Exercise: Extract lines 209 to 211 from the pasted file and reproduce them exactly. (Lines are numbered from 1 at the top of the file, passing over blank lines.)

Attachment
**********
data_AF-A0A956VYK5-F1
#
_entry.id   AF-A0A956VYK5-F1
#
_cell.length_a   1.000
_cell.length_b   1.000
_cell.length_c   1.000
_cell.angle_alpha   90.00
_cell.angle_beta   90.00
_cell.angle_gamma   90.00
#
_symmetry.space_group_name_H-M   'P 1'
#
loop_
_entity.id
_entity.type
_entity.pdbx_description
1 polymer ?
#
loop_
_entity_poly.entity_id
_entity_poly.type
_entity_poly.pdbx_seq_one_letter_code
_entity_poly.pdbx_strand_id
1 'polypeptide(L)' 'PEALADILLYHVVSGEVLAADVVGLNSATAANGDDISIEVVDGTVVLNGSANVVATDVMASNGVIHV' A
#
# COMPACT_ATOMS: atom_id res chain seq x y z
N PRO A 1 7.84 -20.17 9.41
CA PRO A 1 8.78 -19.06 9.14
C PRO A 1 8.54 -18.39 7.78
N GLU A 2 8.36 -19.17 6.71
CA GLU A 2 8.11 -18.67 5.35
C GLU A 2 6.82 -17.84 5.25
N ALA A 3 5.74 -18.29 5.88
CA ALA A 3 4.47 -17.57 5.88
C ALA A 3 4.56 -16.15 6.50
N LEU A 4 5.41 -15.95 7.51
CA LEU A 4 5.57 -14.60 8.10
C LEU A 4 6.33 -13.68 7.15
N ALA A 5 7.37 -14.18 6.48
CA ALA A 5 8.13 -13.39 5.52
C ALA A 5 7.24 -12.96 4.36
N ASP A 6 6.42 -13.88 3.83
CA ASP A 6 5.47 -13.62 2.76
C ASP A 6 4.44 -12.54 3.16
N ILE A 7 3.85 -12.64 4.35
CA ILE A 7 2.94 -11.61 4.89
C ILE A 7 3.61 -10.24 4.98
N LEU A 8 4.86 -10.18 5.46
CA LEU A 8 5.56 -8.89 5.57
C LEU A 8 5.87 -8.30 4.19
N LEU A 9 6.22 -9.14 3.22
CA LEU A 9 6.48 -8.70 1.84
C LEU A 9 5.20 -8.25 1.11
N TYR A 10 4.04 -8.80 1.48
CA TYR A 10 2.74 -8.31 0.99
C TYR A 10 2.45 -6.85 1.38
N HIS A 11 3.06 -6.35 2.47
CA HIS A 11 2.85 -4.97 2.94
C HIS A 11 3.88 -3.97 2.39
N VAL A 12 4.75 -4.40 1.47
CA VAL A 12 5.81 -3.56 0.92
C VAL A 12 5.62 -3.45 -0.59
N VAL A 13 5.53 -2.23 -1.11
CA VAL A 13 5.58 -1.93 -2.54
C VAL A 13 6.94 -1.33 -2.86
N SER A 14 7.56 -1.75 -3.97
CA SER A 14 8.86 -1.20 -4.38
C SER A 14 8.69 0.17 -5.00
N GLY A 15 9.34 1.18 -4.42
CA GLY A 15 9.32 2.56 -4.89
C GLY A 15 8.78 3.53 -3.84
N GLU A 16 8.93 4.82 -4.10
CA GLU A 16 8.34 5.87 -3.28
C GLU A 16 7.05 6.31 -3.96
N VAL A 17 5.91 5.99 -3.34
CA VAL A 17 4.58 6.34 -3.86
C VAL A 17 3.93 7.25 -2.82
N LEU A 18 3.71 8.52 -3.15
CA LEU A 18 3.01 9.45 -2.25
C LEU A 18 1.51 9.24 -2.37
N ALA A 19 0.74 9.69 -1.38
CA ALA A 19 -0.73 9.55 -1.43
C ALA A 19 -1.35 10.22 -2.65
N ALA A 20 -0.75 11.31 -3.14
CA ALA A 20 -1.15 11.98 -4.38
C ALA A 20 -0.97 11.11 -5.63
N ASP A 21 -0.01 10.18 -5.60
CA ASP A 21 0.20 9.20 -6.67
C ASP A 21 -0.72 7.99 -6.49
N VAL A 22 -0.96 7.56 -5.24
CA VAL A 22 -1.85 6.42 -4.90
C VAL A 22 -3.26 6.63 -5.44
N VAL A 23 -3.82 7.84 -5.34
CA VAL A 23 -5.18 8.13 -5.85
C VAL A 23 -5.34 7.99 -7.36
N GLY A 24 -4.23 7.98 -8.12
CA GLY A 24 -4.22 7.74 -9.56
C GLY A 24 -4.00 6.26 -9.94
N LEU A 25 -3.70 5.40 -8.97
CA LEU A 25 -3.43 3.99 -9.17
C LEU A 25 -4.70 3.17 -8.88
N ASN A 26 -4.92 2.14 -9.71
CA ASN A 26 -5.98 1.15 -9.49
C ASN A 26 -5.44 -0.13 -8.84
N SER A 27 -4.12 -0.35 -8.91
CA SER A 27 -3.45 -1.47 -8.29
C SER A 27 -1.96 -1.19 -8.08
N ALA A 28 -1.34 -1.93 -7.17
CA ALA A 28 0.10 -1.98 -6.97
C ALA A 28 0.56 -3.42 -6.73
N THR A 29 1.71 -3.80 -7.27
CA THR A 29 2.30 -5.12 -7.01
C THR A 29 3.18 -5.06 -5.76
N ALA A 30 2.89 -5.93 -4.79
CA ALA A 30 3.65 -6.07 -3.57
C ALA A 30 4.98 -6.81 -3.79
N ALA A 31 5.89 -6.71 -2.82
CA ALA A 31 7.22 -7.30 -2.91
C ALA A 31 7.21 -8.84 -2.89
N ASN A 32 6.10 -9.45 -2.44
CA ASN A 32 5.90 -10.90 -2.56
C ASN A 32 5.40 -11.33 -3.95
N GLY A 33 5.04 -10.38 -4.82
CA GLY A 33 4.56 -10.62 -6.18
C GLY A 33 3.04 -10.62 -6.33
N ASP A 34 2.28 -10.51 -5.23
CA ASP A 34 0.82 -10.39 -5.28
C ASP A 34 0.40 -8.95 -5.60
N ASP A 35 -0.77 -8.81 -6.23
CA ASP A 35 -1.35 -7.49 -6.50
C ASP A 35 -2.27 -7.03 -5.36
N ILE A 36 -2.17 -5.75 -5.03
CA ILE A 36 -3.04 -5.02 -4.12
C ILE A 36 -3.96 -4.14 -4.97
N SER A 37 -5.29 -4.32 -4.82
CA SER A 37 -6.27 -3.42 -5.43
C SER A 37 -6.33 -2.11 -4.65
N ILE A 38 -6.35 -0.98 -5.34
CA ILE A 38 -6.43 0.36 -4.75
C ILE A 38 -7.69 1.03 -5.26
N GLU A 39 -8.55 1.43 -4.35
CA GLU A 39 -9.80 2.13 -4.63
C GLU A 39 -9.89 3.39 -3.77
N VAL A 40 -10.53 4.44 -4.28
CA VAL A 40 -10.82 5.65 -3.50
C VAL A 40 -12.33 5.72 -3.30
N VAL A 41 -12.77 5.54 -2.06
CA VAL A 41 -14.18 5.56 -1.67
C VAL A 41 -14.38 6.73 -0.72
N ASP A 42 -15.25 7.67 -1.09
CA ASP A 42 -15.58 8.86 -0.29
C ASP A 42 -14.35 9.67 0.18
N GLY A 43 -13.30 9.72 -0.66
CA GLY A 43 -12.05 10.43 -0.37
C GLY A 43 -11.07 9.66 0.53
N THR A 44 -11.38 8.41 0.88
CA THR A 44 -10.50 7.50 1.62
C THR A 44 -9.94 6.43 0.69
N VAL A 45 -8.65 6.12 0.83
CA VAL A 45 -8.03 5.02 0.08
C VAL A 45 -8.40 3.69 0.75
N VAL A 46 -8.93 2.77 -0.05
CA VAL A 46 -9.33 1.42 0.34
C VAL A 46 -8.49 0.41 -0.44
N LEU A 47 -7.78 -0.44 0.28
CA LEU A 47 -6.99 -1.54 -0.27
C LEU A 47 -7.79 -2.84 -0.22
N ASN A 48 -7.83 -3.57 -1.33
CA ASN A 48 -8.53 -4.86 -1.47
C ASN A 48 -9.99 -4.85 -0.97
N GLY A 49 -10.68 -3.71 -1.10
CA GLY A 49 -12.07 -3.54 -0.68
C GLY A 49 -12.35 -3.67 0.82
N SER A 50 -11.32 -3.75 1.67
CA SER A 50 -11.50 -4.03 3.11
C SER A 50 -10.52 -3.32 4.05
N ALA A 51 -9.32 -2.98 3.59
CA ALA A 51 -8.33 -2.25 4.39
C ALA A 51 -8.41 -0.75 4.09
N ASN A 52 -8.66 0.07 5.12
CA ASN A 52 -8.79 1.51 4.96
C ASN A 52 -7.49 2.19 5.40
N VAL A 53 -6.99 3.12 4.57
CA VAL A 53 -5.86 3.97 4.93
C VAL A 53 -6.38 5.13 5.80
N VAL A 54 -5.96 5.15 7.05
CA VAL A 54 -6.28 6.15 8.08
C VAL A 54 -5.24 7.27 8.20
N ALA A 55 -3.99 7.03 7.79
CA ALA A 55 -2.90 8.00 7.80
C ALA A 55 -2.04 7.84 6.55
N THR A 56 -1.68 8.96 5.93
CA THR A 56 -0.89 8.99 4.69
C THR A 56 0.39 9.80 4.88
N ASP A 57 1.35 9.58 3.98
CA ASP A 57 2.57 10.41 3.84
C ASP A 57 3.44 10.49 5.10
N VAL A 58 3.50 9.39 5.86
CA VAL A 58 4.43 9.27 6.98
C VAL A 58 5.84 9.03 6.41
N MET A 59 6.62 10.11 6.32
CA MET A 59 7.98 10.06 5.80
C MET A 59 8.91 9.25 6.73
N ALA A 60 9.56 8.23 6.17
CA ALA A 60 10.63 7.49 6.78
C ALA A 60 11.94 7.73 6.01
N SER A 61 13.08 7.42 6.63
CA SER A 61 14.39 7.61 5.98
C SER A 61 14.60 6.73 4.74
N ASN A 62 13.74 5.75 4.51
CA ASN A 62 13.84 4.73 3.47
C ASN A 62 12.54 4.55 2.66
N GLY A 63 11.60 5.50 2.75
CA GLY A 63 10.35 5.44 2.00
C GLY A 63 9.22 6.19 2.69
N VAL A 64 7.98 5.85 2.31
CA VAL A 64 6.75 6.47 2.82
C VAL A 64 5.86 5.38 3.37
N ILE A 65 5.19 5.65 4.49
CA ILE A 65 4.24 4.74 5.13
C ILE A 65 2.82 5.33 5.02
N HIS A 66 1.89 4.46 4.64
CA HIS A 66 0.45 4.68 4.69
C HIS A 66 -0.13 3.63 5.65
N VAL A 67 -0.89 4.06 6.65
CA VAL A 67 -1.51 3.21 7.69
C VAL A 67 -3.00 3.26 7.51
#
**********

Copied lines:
CA SER A 61 14.39 7.61 5.98
C SER A 61 14.60 6.73 4.74
N ASN A 62 13.74 5.75 4.51